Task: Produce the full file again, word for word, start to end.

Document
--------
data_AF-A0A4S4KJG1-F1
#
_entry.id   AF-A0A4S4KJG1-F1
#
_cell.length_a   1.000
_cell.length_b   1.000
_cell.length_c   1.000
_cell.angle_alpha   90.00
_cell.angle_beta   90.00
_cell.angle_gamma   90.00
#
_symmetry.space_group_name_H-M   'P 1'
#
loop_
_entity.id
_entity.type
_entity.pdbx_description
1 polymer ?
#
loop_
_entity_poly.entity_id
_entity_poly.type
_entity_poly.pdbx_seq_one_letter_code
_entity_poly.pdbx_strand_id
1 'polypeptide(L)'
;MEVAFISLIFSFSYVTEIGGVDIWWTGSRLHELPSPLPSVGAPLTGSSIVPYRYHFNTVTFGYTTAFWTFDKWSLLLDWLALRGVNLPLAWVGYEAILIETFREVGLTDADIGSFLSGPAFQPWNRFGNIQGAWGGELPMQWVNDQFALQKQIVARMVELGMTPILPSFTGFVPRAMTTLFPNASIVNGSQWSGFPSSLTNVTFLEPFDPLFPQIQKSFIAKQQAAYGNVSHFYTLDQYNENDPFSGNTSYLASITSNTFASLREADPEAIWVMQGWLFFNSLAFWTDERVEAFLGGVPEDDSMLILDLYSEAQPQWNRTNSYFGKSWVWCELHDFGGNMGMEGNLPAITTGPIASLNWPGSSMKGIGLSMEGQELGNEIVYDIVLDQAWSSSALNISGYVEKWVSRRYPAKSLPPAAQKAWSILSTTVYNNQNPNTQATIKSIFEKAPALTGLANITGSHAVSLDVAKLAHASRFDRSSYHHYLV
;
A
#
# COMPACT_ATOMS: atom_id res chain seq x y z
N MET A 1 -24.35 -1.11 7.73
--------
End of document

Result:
data_AF-A0A4S4KJG1-F1
#
_entry.id   AF-A0A4S4KJG1-F1
#
_cell.length_a   1.000
_cell.length_b   1.000
_cell.length_c   1.000
_cell.angle_alpha   90.00
_cell.angle_beta   90.00
_cell.angle_gamma   90.00
#
_symmetry.space_group_name_H-M   'P 1'
#
loop_
_entity.id
_entity.type
_entity.pdbx_description
1 polymer ?
#
loop_
_entity_poly.entity_id
_entity_poly.type
_entity_poly.pdbx_seq_one_letter_code
_entity_poly.pdbx_strand_id
1 'polypeptide(L)'
;MEVAFISLIFSFSYVTEIGGVDIWWTGSRLHELPSPLPSVGAPLTGSSIVPYRYHFNTVTFGYTTAFWTFDKWSLLLDWLALRGVNLPLAWVGYEAILIETFREVGLTDADIGSFLSGPAFQPWNRFGNIQGAWGGELPMQWVNDQFALQKQIVARMVELGMTPILPSFTGFVPRAMTTLFPNASIVNGSQWSGFPSSLTNVTFLEPFDPLFPQIQKSFIAKQQAAYGNVSHFYTLDQYNENDPFSGNTSYLASITSNTFASLREADPEAIWVMQGWLFFNSLAFWTDERVEAFLGGVPEDDSMLILDLYSEAQPQWNRTNSYFGKSWVWCELHDFGGNMGMEGNLPAITTGPIASLNWPGSSMKGIGLSMEGQELGNEIVYDIVLDQAWSSSALNISGYVEKWVSRRYPAKSLPPAAQKAWSILSTTVYNNQNPNTQATIKSIFEKAPALTGLANITGSHAVSLDVAKLAHASRFDRSSYHHYLV
;
A
#
# COMPACT_ATOMS: atom_id res chain seq x y z
N MET A 1 -24.35 -1.11 7.73